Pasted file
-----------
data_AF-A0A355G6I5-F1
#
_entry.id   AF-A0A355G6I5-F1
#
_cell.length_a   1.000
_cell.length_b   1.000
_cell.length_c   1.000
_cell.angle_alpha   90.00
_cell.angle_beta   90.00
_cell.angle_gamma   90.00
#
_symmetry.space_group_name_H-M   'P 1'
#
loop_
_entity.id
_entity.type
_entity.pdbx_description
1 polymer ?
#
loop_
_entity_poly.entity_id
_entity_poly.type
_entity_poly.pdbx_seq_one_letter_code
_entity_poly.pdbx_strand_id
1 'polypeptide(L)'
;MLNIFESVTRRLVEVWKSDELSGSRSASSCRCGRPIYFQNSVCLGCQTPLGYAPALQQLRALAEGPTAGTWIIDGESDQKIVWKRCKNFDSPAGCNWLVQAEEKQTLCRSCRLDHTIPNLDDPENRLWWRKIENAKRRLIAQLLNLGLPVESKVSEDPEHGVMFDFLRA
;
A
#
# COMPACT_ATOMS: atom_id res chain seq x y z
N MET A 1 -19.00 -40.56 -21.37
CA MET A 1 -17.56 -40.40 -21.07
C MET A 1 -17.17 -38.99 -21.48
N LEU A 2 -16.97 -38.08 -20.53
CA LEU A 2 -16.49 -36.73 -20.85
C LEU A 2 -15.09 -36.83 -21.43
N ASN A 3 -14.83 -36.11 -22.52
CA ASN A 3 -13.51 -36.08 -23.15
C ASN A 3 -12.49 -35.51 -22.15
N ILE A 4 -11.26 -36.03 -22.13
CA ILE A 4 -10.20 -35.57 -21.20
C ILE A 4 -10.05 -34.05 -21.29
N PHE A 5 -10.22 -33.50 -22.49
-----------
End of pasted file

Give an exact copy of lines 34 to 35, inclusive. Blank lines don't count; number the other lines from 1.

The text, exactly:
N LEU A 2 -16.97 -38.08 -20.53
CA LEU A 2 -16.49 -36.73 -20.85